While both Credit Karma and Credit Sesame their customers to update their scores at any time, Credit Sesame does it automatically. As soon as you logged into your Credit Sesame account, it starts recalculating your score and running the scenarios automatically. Once the process is done, all you see in your account is updated information. With Credit Karma, on the other hand, you will have to click the update button to manually start the update. Both Credit Karma and Credit Sesame keep a record of your credit score so you know how it changed over time.
Credit Sesame Loan Services
No, Credit Sesame doesn’t provide any loan service itself, it does, however, partner with other mortgage lenders to offer loans to its customers, whether it’s for new purchase or refinance. And this is how Credit Sesame can keep providing credit scores and other services for free.
Even though I am fully aware of my loan and credit card balances, which I pay in full every month, I still clicked the money saving advices Credit Sesame provided to see what they got for me. As mentioned above, Credit Sesame runs some 19,196 different scenarios to find the best ways to save money, whether it’s for credit card debt or home mortgage, and those scenarios are presented in three proposals at the end. The biggest debt we have right now is our 15-year fixed rate mortgage at 3.875% APR (somehow, Credit Sesame still considers the loan that we refinanced last October as an outstanding loan, which isn’t correct of course). And the rate, 6.74%, isn’t correct either. The reason for this error, from my guess, is that our lender is required (by Virgina law?) to collect property tax and home insurance each month and put them in the escrow account. If property tax, home insurance and principals and interested are all used to calculate the loan rate, the result can’t be right. And when the rate is wrong, the proposed monthly saving is wrong as well.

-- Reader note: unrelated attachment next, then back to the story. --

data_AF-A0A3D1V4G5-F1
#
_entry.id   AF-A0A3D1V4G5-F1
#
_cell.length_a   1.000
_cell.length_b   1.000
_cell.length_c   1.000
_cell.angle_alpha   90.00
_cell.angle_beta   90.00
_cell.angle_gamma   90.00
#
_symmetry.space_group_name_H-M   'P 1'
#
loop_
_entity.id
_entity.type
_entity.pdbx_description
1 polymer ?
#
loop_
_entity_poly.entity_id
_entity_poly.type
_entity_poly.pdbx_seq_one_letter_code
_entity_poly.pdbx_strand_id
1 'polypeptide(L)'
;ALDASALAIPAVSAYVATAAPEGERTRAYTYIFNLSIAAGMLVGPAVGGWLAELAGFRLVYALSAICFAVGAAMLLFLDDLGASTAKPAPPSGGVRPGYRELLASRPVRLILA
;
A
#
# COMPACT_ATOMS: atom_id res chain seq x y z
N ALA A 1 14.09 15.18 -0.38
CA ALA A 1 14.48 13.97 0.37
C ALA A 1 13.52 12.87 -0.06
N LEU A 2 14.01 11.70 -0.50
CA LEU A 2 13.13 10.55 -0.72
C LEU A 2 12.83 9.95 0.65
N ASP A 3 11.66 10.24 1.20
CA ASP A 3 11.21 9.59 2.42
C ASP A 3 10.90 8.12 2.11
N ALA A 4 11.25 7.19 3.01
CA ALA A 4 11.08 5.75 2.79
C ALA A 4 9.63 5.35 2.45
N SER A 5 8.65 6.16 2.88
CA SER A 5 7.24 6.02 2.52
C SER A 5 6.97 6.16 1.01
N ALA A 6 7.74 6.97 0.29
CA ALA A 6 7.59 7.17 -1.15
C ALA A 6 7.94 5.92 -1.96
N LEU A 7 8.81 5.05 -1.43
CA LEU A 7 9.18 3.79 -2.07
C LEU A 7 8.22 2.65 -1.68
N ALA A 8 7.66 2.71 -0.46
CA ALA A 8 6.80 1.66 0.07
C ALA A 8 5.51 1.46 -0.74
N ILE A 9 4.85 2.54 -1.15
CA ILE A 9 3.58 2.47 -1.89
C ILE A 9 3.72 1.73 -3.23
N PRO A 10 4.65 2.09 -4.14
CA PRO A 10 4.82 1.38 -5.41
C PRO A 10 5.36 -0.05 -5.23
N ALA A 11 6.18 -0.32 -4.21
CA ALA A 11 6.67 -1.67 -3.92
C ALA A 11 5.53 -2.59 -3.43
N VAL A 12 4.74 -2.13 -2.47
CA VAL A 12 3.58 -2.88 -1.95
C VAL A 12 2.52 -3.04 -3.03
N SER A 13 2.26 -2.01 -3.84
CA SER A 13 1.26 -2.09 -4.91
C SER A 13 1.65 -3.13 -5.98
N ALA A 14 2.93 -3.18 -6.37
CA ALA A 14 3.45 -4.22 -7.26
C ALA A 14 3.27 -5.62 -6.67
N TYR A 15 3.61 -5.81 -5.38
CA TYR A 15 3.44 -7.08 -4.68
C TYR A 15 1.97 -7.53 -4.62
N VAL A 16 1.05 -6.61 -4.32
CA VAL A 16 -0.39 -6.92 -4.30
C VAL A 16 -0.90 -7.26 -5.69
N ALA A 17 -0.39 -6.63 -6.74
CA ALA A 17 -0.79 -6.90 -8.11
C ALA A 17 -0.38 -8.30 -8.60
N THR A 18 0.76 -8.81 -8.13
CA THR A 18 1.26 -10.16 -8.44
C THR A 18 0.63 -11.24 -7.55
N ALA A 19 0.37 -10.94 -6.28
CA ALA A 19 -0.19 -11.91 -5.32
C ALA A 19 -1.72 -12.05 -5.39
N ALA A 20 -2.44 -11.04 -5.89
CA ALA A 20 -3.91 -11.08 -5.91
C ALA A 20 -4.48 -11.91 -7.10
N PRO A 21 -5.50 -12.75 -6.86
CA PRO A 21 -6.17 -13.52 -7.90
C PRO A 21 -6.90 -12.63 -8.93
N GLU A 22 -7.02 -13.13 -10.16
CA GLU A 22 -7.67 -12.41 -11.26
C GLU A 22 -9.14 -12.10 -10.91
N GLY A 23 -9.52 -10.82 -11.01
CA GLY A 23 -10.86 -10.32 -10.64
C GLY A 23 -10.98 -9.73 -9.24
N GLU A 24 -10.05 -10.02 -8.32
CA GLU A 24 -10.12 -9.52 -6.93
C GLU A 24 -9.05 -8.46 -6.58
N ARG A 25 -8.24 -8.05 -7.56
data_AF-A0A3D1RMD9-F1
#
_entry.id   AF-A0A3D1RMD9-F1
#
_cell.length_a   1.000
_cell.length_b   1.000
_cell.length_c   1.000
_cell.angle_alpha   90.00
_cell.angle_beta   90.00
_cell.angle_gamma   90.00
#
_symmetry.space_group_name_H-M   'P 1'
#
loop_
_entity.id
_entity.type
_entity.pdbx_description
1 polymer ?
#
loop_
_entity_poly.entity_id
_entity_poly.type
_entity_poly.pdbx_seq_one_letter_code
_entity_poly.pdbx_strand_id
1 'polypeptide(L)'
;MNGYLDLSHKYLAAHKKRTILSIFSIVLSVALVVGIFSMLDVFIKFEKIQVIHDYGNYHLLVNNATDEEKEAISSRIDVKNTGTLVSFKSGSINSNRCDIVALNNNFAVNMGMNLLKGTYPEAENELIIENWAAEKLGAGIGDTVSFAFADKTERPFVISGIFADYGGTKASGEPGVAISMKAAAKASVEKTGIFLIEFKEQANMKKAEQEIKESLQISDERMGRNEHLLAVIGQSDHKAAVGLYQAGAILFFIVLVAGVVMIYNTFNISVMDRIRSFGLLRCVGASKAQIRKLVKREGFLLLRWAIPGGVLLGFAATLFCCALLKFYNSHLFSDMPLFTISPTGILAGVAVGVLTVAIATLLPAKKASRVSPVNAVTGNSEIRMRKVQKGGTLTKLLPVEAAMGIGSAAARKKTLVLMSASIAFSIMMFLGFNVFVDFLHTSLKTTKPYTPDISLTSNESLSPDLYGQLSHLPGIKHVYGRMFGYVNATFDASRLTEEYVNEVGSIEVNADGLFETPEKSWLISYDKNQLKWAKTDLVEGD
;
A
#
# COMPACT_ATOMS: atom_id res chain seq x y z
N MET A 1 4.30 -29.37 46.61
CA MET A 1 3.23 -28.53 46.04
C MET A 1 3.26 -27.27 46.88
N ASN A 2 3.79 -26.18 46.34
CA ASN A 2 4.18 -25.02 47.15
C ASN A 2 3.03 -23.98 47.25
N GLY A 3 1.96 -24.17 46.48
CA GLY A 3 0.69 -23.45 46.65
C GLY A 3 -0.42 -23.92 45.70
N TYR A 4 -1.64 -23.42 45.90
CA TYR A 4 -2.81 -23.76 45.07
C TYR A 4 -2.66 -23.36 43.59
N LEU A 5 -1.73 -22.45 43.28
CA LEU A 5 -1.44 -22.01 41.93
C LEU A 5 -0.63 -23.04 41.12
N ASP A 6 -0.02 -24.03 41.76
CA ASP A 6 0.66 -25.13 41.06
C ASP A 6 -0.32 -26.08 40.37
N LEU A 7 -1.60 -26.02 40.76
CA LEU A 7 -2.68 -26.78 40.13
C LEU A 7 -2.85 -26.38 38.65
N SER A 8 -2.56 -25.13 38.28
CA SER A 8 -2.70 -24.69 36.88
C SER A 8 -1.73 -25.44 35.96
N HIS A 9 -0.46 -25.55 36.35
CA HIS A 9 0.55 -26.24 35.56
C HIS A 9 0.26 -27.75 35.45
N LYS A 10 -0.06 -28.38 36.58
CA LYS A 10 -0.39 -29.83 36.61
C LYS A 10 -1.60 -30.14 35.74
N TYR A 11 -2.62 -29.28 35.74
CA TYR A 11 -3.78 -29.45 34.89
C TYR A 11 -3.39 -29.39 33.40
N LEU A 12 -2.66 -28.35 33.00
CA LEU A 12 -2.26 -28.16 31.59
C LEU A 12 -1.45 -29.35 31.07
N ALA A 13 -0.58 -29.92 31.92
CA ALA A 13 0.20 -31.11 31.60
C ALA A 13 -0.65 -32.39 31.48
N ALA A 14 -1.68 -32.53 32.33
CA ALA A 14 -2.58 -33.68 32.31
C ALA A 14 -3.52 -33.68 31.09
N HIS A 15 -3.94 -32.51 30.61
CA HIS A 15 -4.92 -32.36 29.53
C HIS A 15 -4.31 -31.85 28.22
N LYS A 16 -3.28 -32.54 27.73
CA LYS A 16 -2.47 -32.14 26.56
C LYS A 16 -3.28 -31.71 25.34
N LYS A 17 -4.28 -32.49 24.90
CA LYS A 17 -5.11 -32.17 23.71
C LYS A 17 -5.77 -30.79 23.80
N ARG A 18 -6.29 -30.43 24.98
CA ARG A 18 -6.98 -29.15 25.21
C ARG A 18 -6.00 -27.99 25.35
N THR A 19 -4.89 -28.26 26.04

Anyway, in one of the proposals presented to me, Credit Sesame recommended replacing the loan with a 7/1 ARM that has the same rate as we currently have. Of course, the reason we got a 15-year loan instead of a 30-year one in the first place is to save money over the loan period. Yes, we could pay less every month with an ARM, but I doubt we will end up winning with a 7/1 ARM as suggest, not with the rate we have anyway.
As you can see from above, information that Credit Sesame pulled from credit report isn’t all correct, which also leads to the errors in how much money I could save. Nonetheless, I still think that it could help in finding a better deal that can save you money because of the large number of scenarios it checks during the process (and the number of scenarios is growing). For me, I guess I will just use Credit Sesame as a tool to get a free credit score for now, which is still pretty good since it’s a complement to the offer from Credit Karma, unless the rate of a 15-year loan goes significantly below 3.875% APR
Do you want to try Credit Sesame?
This article was originally written or modified on . If you enjoyed reading this post, please consider subscribing to my full RSS feed. Or you can also choose to have free daily updates delivered right to your inbox.